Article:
Five Resuscitation Training Workarounds for Staff with Back and Spinal Issues

April 1, 2021
April 1, 2021

Our customers recognize the value in training staff on Voice-Assisted Manikins (VAMs) to ensure that standardized quality CPR is being learned. They often ask how their organization can assist staff with physical limitations or challenges to be successful in the completion of BLS or ACLS Hands-On Sessions using Voice-Assisted Manikins. TriHealth (Cincinnati, OH) has developed a very successful HeartCode BLS Program.

Even if several staff have physical challenges, they are still required to maintain BLS certifications. Over the past few years they have worked to develop best practices to support staff to successfully complete Basic Life Support certification on the VAMs. Here are some practice and certification tips for staff members who are challenged by Back and standing issues:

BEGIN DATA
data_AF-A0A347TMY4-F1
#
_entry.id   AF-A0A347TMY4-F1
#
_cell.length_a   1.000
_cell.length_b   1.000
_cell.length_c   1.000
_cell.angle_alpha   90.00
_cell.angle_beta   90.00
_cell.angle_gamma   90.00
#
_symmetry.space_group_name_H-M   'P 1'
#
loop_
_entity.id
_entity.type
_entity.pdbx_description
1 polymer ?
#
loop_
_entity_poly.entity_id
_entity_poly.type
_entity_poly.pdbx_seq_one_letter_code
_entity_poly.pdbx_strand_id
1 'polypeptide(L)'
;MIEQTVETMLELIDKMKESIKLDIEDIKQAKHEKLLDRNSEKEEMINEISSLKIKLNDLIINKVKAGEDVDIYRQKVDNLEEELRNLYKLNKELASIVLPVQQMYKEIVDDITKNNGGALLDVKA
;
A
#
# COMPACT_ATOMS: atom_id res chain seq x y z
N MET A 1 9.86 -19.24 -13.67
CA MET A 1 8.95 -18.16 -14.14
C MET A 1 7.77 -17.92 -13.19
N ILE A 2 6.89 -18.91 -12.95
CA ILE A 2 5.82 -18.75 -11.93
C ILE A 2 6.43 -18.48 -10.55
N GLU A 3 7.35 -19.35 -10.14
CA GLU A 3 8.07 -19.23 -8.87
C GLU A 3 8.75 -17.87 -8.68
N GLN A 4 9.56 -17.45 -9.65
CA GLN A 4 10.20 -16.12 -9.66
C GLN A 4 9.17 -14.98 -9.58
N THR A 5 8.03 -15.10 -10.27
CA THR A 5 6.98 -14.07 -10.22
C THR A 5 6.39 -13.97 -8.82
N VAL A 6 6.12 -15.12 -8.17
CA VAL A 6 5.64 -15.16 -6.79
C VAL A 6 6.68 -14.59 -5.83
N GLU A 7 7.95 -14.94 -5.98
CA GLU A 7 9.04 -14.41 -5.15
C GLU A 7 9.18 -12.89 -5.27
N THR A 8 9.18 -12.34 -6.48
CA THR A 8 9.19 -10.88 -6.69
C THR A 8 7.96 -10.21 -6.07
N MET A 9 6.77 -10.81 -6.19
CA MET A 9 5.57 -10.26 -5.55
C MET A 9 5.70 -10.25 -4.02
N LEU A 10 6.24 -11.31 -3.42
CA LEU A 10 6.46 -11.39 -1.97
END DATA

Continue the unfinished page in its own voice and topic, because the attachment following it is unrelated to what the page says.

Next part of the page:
1. Get close to the Adult VAM and spread your legs as if you were going to lift something heavy. The wide-base provides additional support.
  2. Use an aerobic wide-base stepper to elevate body over the VAM allowing shoulders to be directly over the heel of the hands during compressions. Lock your elbows.
  3. Do NOT use arms/neck/back/shoulders to perform compressions. Instead, keep arms/neck/back/shoulders stiff and bend at the hips to perform compressions. Stick your bottom out behind you and imagine you are trying to hit someone behind you.
  4. Take a wide stance with your legs like you are going to lift something heavy and angle your body slightly so you feel more natural when placing fingers on the Infant VAM chest. Hold on to the hand performing compressions with the second hand to reinforce support and strength of both hands and arms to perform effective compressions.
  5. If staff members have difficulty bending at the waist, keep arms and back straight with the hands in correct position on chest and bend knees while angled outward slightly to give compressions. (Like doing squats).

Learn more about HealthStream solutions for improving resuscitation outcomes.